This issue tracker has been migrated to GitHub, and is currently read-only.
For more information, see the GitHub FAQs in the Python's Developer Guide.

Author lemburg
Recipients Colm Buckley, Lukasa, alex, doko, dstufft, larry, lemburg, martin.panter, matejcik, ned.deily, python-dev, rhettinger, skrah, thomas-petazzoni, vstinner, ztane
Date 2016-06-07.12:18:18
SpamBayes Score -1.0
Marked as misclassified Yes
Message-id <>
In-reply-to <>
On 07.06.2016 13:51, Donald Stufft wrote:
> Donald Stufft added the comment:
>> That's pretty much in line with what the implementation now does.
> Literally the first line of the os.urandom documentation is "Return a string of n random bytes suitable for cryptographic use.". There is absolutely a promise that, as long as your OS isn't broken, this will provide cryptographically safe random numbers. As Cory pointed out, random.SystemRandom and the new secrets module are both relying on this promise of cryptographically safe numbers to provide their functionality, as is a number of other, external Python programs.

Ah, that's what you call taking quotes out of context :-) The full
documentation reads:

Return a string of n random bytes suitable for cryptographic use.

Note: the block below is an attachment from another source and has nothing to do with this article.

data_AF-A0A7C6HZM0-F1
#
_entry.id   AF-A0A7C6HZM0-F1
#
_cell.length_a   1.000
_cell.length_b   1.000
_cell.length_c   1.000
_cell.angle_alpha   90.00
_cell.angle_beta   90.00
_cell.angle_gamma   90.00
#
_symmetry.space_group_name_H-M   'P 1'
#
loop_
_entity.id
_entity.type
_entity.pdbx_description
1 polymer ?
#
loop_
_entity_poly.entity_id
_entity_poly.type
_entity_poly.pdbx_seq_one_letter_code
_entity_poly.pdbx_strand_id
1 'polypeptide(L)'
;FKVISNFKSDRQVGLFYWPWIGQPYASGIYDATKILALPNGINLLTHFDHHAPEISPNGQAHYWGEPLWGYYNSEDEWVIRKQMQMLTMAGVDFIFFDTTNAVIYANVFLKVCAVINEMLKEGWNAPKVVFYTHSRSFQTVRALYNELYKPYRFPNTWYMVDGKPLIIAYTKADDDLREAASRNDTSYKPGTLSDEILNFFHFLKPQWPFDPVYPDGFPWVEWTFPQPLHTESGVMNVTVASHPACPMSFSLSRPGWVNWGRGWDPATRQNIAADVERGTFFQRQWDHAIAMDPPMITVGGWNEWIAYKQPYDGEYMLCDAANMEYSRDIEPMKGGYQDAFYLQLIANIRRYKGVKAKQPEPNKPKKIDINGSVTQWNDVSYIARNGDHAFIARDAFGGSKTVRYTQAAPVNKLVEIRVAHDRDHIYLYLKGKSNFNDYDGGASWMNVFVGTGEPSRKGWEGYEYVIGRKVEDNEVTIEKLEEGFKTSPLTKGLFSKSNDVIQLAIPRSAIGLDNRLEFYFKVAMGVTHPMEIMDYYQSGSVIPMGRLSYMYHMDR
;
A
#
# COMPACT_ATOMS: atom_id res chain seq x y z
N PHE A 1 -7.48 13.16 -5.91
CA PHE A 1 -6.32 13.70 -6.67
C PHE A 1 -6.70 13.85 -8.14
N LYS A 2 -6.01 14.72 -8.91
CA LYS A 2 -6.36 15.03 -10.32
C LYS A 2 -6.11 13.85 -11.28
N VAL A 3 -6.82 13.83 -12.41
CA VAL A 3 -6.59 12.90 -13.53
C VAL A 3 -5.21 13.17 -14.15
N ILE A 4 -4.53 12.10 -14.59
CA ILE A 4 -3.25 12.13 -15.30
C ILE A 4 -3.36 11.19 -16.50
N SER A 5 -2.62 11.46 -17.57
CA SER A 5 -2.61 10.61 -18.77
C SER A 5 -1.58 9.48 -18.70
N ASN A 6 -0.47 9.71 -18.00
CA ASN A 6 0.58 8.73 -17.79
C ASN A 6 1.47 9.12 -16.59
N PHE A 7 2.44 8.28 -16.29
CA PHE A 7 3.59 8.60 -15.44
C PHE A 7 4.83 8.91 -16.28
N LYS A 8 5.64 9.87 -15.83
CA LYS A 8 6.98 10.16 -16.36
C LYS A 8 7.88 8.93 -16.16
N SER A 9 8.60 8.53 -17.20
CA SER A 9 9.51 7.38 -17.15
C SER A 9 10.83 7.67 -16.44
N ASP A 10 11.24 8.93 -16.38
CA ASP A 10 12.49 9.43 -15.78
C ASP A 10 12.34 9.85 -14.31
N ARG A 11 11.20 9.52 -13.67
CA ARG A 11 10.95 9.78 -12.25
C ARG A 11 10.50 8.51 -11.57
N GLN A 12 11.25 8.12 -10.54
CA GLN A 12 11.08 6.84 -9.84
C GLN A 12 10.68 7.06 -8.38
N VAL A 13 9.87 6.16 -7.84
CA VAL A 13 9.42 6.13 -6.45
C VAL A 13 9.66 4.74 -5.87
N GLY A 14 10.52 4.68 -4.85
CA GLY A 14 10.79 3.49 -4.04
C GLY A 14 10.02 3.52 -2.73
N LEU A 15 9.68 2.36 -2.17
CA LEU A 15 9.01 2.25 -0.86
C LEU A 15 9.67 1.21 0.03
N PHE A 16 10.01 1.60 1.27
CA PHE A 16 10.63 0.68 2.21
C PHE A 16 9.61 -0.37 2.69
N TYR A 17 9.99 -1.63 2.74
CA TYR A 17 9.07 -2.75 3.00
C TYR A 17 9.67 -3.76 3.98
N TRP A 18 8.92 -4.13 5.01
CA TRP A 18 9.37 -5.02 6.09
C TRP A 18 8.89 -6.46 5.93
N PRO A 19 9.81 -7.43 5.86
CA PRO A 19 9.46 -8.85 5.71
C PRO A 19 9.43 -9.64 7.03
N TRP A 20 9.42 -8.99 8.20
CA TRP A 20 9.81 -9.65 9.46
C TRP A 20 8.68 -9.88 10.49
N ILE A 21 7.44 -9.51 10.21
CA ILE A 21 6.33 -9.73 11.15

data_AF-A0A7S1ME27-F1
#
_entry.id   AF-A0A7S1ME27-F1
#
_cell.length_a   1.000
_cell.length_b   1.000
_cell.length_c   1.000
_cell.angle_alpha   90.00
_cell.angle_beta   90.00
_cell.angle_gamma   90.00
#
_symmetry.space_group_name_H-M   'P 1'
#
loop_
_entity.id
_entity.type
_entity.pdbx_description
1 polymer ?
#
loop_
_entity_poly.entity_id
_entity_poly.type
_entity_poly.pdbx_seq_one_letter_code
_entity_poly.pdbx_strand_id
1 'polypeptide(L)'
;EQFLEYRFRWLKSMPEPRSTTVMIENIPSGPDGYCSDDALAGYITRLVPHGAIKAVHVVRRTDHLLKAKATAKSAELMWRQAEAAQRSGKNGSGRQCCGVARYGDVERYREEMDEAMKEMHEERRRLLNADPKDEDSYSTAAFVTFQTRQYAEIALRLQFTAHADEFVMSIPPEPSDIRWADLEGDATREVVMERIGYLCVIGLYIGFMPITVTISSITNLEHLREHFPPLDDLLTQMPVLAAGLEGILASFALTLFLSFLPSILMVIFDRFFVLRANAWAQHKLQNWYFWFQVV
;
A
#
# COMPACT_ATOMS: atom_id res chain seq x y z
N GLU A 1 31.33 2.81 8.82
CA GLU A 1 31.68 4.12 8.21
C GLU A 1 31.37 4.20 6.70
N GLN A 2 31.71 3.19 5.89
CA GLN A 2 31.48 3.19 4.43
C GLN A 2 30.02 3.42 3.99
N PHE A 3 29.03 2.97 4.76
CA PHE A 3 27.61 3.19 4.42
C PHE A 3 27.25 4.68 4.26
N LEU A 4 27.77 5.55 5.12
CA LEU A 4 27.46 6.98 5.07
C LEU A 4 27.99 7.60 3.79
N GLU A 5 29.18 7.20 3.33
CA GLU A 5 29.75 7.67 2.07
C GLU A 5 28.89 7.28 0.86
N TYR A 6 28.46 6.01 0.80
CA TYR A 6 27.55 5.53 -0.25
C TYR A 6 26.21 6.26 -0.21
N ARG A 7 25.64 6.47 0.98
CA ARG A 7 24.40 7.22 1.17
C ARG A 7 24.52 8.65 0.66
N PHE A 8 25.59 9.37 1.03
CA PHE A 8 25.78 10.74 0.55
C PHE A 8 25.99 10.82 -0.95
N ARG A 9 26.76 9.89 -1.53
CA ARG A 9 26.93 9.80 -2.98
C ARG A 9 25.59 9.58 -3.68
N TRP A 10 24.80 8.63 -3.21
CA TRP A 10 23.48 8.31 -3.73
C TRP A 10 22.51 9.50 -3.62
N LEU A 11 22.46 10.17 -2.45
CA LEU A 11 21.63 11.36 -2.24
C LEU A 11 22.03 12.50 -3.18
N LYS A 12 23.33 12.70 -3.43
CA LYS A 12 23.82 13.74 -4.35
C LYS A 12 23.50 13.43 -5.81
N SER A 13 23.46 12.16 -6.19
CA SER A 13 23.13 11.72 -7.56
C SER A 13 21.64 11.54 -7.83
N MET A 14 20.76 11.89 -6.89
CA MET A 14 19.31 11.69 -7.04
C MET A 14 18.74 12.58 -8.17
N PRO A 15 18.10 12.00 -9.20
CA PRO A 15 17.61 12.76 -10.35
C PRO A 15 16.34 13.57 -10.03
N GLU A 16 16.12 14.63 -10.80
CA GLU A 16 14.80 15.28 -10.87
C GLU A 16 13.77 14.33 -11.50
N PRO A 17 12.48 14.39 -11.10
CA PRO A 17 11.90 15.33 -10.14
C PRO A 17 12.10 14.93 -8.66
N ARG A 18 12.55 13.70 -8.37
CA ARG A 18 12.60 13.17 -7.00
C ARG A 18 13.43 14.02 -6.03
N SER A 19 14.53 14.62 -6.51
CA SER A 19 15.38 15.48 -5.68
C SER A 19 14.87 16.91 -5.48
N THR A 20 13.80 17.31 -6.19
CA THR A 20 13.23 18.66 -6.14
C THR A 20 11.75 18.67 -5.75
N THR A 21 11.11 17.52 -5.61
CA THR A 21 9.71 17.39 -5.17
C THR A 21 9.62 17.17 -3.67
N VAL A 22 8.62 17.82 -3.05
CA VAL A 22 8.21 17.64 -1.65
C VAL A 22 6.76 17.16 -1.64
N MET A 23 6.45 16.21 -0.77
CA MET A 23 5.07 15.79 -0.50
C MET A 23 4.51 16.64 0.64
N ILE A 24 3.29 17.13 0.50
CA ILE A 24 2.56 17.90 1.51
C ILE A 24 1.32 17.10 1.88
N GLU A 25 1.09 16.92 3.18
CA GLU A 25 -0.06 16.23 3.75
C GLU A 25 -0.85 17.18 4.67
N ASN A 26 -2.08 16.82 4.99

This function returns random bytes from an OS-specific randomness
source. The returned data should be unpredictable enough for
cryptographic applications, though its exact quality depends on the OS

On Linux, getrandom() syscall is used if available and the urandom
entropy pool is initialized (getrandom() does not block). On a Unix-like
system this will query /dev/urandom.

Note how the documentation emphasizes on os.urandom() not blocking.

I like the idea that Victor brought to allow applications to
check whether os.urandom() reverted to non-blocking /dev/urandom
or not. That way applications can make the right choices, while
still assuring that Python doesn't block on startup just to
init hash randomization (which has it's own set of issues).

BTW: /dev/urandom doesn't make many promises as to the quality
of the data on Linux. For crypto applications relying on real
entropy, it's better to gather data from a hardware source
with known properties, e.g., not on
/dev/random or /dev/urandom:
Date User Action Args
2016-06-07 12:18:18lemburgsetrecipients: + lemburg, rhettinger, doko, vstinner, larry, matejcik, ned.deily, alex, skrah, python-dev, martin.panter, ztane, dstufft, Lukasa, thomas-petazzoni, Colm Buckley
2016-06-07 12:18:18lemburglinkissue26839 messages
2016-06-07 12:18:18lemburgcreate